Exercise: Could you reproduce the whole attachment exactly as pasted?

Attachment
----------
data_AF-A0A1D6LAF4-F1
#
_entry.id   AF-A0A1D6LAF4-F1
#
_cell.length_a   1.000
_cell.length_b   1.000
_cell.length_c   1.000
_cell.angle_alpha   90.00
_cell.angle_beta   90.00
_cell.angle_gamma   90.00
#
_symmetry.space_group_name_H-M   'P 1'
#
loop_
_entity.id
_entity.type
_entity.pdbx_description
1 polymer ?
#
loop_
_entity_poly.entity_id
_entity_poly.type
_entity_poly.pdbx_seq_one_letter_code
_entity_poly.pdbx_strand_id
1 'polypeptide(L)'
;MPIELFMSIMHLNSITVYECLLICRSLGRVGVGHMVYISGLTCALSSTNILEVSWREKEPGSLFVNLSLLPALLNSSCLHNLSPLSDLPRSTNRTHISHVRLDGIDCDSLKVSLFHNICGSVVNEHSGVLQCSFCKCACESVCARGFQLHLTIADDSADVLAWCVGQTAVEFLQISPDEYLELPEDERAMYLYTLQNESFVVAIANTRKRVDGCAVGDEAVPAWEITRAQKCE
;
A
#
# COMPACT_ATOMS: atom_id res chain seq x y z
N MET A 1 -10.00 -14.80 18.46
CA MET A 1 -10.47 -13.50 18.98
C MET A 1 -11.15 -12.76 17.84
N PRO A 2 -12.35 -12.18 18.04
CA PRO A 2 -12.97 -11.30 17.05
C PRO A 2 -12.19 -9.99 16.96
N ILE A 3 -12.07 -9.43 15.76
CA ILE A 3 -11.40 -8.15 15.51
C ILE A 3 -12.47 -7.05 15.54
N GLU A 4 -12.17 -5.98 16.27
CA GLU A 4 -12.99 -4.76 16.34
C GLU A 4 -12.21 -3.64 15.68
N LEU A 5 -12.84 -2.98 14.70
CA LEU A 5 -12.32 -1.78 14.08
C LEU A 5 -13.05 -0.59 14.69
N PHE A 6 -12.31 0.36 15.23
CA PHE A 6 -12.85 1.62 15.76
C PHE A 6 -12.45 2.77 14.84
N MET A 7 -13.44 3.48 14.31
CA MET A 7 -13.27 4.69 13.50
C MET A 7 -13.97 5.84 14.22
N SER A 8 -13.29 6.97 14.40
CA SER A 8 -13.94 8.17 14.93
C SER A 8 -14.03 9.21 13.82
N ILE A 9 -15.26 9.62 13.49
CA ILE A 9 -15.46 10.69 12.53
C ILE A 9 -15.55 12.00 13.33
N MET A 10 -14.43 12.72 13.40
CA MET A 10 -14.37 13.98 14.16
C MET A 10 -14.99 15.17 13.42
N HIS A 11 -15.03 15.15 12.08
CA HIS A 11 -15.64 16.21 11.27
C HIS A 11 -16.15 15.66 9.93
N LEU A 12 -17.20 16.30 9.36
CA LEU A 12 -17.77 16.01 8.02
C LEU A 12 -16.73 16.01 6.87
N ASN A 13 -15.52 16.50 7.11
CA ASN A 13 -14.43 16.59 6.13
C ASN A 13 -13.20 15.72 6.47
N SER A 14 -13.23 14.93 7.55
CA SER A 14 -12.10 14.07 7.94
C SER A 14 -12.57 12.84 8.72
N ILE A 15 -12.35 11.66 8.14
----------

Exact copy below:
data_AF-A0A1D6LAF4-F1
#
_entry.id   AF-A0A1D6LAF4-F1
#
_cell.length_a   1.000
_cell.length_b   1.000
_cell.length_c   1.000
_cell.angle_alpha   90.00
_cell.angle_beta   90.00
_cell.angle_gamma   90.00
#
_symmetry.space_group_name_H-M   'P 1'
#
loop_
_entity.id
_entity.type
_entity.pdbx_description
1 polymer ?
#
loop_
_entity_poly.entity_id
_entity_poly.type
_entity_poly.pdbx_seq_one_letter_code
_entity_poly.pdbx_strand_id
1 'polypeptide(L)'
;MPIELFMSIMHLNSITVYECLLICRSLGRVGVGHMVYISGLTCALSSTNILEVSWREKEPGSLFVNLSLLPALLNSSCLHNLSPLSDLPRSTNRTHISHVRLDGIDCDSLKVSLFHNICGSVVNEHSGVLQCSFCKCACESVCARGFQLHLTIADDSADVLAWCVGQTAVEFLQISPDEYLELPEDERAMYLYTLQNESFVVAIANTRKRVDGCAVGDEAVPAWEITRAQKCE
;
A
#
# COMPACT_ATOMS: atom_id res chain seq x y z
N MET A 1 -10.00 -14.80 18.46
CA MET A 1 -10.47 -13.50 18.98
C MET A 1 -11.15 -12.76 17.84
N PRO A 2 -12.35 -12.18 18.04
CA PRO A 2 -12.97 -11.30 17.05
C PRO A 2 -12.19 -9.99 16.96
N ILE A 3 -12.07 -9.43 15.76
CA ILE A 3 -11.40 -8.15 15.51
C ILE A 3 -12.47 -7.05 15.54
N GLU A 4 -12.17 -5.98 16.27
CA GLU A 4 -12.99 -4.76 16.34
C GLU A 4 -12.21 -3.64 15.68
N LEU A 5 -12.84 -2.98 14.70
CA LEU A 5 -12.32 -1.78 14.08
C LEU A 5 -13.05 -0.59 14.69
N PHE A 6 -12.31 0.36 15.23
CA PHE A 6 -12.85 1.62 15.76
C PHE A 6 -12.45 2.77 14.84
N MET A 7 -13.44 3.48 14.31
CA MET A 7 -13.27 4.69 13.50
C MET A 7 -13.97 5.84 14.22
N SER A 8 -13.29 6.97 14.40
CA SER A 8 -13.94 8.17 14.93
C SER A 8 -14.03 9.21 13.82
N ILE A 9 -15.26 9.62 13.49
CA ILE A 9 -15.46 10.69 12.53
C ILE A 9 -15.55 12.00 13.33
N MET A 10 -14.43 12.72 13.40
CA MET A 10 -14.37 13.98 14.16
C MET A 10 -14.99 15.17 13.42
N HIS A 11 -15.03 15.15 12.08
CA HIS A 11 -15.64 16.21 11.27
C HIS A 11 -16.15 15.66 9.93
N LEU A 12 -17.20 16.30 9.36
CA LEU A 12 -17.77 16.01 8.02
C LEU A 12 -16.73 16.01 6.87
N ASN A 13 -15.52 16.50 7.11
CA ASN A 13 -14.43 16.59 6.13
C ASN A 13 -13.20 15.72 6.47
N SER A 14 -13.23 14.93 7.55
CA SER A 14 -12.10 14.07 7.94
C SER A 14 -12.57 12.84 8.72
N ILE A 15 -12.35 11.66 8.14